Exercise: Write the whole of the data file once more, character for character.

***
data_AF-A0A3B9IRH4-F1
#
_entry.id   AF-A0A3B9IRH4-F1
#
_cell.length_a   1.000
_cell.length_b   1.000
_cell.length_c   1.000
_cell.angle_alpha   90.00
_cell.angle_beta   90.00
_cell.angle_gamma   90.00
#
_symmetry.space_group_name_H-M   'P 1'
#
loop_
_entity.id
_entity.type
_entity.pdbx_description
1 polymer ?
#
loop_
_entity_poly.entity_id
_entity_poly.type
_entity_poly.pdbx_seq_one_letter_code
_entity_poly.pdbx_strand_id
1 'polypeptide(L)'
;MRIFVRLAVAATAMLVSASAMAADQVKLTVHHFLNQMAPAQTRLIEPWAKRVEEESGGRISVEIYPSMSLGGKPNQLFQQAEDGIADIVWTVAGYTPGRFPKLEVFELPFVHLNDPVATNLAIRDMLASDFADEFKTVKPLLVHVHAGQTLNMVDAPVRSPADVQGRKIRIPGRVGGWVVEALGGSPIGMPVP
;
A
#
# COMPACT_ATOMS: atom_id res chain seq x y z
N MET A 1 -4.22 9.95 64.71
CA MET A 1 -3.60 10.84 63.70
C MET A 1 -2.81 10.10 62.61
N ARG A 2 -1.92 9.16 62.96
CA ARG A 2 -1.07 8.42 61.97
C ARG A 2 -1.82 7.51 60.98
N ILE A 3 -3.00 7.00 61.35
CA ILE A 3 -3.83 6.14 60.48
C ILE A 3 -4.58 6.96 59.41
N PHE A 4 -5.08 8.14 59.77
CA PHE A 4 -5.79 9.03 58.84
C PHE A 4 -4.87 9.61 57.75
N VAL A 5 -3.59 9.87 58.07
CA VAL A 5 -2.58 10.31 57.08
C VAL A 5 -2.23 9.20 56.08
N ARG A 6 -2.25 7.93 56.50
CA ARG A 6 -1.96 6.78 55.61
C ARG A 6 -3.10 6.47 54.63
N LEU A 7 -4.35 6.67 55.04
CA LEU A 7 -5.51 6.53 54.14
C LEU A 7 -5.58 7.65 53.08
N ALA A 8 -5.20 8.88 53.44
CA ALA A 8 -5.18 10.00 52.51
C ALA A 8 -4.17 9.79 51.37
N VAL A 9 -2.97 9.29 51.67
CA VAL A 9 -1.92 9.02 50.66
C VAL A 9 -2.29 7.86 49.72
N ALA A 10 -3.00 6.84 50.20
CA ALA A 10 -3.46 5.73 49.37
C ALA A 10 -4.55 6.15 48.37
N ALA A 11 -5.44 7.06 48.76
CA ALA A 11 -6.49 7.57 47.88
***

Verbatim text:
data_AF-A0A3B9IRH4-F1
#
_entry.id   AF-A0A3B9IRH4-F1
#
_cell.length_a   1.000
_cell.length_b   1.000
_cell.length_c   1.000
_cell.angle_alpha   90.00
_cell.angle_beta   90.00
_cell.angle_gamma   90.00
#
_symmetry.space_group_name_H-M   'P 1'
#
loop_
_entity.id
_entity.type
_entity.pdbx_description
1 polymer ?
#
loop_
_entity_poly.entity_id
_entity_poly.type
_entity_poly.pdbx_seq_one_letter_code
_entity_poly.pdbx_strand_id
1 'polypeptide(L)'
;MRIFVRLAVAATAMLVSASAMAADQVKLTVHHFLNQMAPAQTRLIEPWAKRVEEESGGRISVEIYPSMSLGGKPNQLFQQAEDGIADIVWTVAGYTPGRFPKLEVFELPFVHLNDPVATNLAIRDMLASDFADEFKTVKPLLVHVHAGQTLNMVDAPVRSPADVQGRKIRIPGRVGGWVVEALGGSPIGMPVP
;
A
#
# COMPACT_ATOMS: atom_id res chain seq x y z
N MET A 1 -4.22 9.95 64.71
CA MET A 1 -3.60 10.84 63.70
C MET A 1 -2.81 10.10 62.61
N ARG A 2 -1.92 9.16 62.96
CA ARG A 2 -1.07 8.42 61.97
C ARG A 2 -1.82 7.51 60.98
N ILE A 3 -3.00 7.00 61.35
CA ILE A 3 -3.83 6.14 60.48
C ILE A 3 -4.58 6.96 59.41
N PHE A 4 -5.08 8.14 59.77
CA PHE A 4 -5.79 9.03 58.84
C PHE A 4 -4.87 9.61 57.75
N VAL A 5 -3.59 9.87 58.07
CA VAL A 5 -2.58 10.31 57.08
C VAL A 5 -2.23 9.20 56.08
N ARG A 6 -2.25 7.93 56.50
CA ARG A 6 -1.96 6.78 55.61
C ARG A 6 -3.10 6.47 54.63
N LEU A 7 -4.35 6.67 55.04
CA LEU A 7 -5.51 6.53 54.14
C LEU A 7 -5.58 7.65 53.08
N ALA A 8 -5.20 8.88 53.44
CA ALA A 8 -5.18 10.00 52.51
C ALA A 8 -4.17 9.79 51.37
N VAL A 9 -2.97 9.29 51.67
CA VAL A 9 -1.92 9.02 50.66
C VAL A 9 -2.29 7.86 49.72
N ALA A 10 -3.00 6.84 50.20
CA ALA A 10 -3.46 5.73 49.37
C ALA A 10 -4.55 6.15 48.37
N ALA A 11 -5.44 7.06 48.76
CA ALA A 11 -6.49 7.57 47.88